It seems like the Sea Ceptor mushroom farm on the Type 31 is located where the Mk41 is on the Iver Huitfeldt-class. So adding back the Mk41 will require the removal of the Sea Ceptor tubes which I believe are 1 deck high and depend on whether the 2 decks below that are available (I believe strike-length Mk41 launchers are 3 decks high). Seeing the Type 31 has 2 additional boat bays on the side it's quite possible the space under the Sea Ceptor tubes is spoken for to compensate.
 

StobieWan

Super Moderator
Staff member
Considering the donor Danish design has a Mk41 vls I wonder if the type 31 has retained the structural provisions for same?

It would make sense but I could also see the UK deliberately altering the design to make this upgrade impossible.
Given the time and budget constraints, I can't see the design team lifting a finger to do anything that didn't win them the bid. And I also suspect if you rang them with an export offer, but it had to mount a ram bow and ballista, they'd pop the top off their biro and ask "broadside for the ballista or superimposed ?"
 

Systems Adict

The Bunker Group
Verified Defense Pro
I've been surfing social media this evening & seen a few posts pointing to the fact that HMS Bristol is allegedly serving her last day as an RN ship. Comments are stating that Wednesday 28th October 2020 will be her last day, after being launched in 1969 & also serving during the Falklands war.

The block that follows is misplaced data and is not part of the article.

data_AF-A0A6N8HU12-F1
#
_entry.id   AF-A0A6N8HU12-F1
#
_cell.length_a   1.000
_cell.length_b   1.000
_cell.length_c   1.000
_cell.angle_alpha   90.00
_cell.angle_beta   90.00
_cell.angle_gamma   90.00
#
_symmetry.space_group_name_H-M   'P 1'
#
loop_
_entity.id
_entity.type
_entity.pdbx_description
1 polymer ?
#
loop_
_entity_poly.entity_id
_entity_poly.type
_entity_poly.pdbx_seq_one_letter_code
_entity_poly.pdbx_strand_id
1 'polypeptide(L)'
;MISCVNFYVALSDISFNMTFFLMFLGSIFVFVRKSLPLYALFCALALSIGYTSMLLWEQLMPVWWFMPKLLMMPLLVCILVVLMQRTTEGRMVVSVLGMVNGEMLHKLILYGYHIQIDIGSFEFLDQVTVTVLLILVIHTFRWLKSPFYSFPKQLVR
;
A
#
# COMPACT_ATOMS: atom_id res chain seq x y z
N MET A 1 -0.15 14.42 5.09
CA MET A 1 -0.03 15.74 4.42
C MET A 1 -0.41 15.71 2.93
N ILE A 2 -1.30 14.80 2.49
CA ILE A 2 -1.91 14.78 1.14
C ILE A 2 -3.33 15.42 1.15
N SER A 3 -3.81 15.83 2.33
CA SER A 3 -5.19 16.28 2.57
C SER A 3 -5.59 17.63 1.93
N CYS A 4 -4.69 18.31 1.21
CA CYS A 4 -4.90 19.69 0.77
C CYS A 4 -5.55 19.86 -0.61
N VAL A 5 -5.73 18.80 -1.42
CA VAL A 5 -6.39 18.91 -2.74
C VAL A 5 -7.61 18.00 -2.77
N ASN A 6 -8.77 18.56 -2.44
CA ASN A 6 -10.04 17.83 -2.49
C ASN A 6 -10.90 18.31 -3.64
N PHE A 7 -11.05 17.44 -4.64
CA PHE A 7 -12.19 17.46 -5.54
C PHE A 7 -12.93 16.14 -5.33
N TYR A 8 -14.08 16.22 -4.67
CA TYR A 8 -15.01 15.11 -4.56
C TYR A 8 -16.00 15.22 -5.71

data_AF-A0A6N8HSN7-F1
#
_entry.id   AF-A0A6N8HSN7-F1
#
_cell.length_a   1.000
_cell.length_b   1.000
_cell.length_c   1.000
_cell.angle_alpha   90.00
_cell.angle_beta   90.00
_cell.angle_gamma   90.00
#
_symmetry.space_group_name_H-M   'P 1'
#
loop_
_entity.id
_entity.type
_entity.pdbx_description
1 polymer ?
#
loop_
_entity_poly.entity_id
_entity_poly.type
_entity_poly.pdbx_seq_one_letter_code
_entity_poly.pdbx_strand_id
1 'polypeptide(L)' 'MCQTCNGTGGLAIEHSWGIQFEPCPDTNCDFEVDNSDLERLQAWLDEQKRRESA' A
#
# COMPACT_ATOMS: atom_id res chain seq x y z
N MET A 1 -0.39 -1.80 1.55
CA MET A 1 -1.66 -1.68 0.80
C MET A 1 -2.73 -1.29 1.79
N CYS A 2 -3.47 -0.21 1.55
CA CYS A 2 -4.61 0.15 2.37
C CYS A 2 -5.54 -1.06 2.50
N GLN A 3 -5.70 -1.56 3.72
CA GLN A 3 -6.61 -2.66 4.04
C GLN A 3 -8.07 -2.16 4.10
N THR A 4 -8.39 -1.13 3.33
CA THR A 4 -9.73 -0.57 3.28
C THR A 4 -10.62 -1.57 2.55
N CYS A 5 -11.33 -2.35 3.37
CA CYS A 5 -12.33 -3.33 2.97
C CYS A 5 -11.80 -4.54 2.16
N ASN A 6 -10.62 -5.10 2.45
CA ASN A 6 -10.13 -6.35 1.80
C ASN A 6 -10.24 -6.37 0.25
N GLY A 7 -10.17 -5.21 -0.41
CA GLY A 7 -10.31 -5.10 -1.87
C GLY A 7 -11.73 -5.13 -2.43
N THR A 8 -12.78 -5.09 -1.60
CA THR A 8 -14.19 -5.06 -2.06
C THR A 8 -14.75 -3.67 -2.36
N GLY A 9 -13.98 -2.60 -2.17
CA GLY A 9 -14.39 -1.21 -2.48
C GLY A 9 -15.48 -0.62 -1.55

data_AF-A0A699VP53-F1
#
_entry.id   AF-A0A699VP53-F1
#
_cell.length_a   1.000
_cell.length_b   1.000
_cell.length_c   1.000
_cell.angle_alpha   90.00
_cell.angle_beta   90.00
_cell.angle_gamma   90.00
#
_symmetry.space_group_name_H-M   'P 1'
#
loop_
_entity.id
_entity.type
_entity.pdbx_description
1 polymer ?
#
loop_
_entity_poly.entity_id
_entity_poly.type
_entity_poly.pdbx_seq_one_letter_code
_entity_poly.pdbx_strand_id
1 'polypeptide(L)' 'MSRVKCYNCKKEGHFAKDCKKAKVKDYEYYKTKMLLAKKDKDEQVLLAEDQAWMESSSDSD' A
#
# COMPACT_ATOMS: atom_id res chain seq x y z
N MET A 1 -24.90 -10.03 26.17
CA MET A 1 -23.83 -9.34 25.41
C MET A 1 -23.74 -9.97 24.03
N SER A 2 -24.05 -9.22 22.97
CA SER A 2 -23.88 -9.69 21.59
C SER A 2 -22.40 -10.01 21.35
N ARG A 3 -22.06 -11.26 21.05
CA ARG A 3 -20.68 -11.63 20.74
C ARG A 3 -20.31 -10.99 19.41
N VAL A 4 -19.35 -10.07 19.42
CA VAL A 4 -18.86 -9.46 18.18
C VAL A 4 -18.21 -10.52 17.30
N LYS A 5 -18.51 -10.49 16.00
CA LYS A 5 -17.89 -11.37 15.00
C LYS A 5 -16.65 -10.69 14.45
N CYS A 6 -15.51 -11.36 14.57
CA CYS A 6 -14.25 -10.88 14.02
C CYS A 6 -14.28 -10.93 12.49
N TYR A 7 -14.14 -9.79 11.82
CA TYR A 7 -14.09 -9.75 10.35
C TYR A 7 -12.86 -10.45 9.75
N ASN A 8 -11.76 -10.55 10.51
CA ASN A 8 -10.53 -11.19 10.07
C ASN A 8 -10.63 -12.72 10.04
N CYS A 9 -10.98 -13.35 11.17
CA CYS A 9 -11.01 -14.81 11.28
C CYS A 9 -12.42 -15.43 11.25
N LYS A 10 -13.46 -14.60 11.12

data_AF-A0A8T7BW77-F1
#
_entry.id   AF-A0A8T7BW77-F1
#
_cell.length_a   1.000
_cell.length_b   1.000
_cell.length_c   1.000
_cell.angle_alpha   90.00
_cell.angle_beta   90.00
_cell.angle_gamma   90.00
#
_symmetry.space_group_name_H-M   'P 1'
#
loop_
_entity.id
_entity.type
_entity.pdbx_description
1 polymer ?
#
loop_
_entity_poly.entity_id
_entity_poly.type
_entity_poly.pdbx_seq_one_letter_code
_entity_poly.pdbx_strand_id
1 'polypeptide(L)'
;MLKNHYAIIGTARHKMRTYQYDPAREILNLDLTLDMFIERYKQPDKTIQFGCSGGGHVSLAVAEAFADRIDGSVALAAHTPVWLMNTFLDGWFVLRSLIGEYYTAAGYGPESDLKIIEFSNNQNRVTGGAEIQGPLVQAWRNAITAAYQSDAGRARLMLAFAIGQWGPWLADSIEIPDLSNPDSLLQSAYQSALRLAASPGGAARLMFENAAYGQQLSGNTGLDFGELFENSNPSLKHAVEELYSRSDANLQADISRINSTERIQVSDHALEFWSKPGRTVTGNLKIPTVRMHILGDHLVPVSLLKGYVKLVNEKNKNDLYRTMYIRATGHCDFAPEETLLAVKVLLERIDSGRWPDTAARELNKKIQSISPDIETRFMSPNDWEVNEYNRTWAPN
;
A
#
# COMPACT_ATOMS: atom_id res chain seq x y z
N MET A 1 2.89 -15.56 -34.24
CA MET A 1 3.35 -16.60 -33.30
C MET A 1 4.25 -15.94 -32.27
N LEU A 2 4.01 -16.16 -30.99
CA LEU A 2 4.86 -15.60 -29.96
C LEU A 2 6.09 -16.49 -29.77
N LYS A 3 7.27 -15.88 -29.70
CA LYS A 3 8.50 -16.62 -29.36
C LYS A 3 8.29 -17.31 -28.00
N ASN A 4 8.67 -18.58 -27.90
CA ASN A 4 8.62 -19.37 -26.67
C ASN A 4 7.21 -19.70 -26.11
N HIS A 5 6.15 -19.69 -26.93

I've been searching for other news outlets / confirmation from both RN & local Portsmouth newspaper websites, but they aren't carrying anything.

However, the article in the link below from June this year, implies that it could be a certainty...

Fresh calls to save Portsmouth one-of-a-kind warship from being scrapped
 

Volkodav

The Bunker Group
Verified Defense Pro
I've been surfing social media this evening & seen a few posts pointing to the fact that HMS Bristol is allegedly serving her last day as an RN ship. Comments are stating that Wednesday 28th October 2020 will be her last day, after being launched in 1969 & also serving during the Falklands war.

I've been searching for other news outlets / confirmation from both RN & local Portsmouth newspaper websites, but they aren't carrying anything.

However, the article in the link below from June this year, implies that it could be a certainty...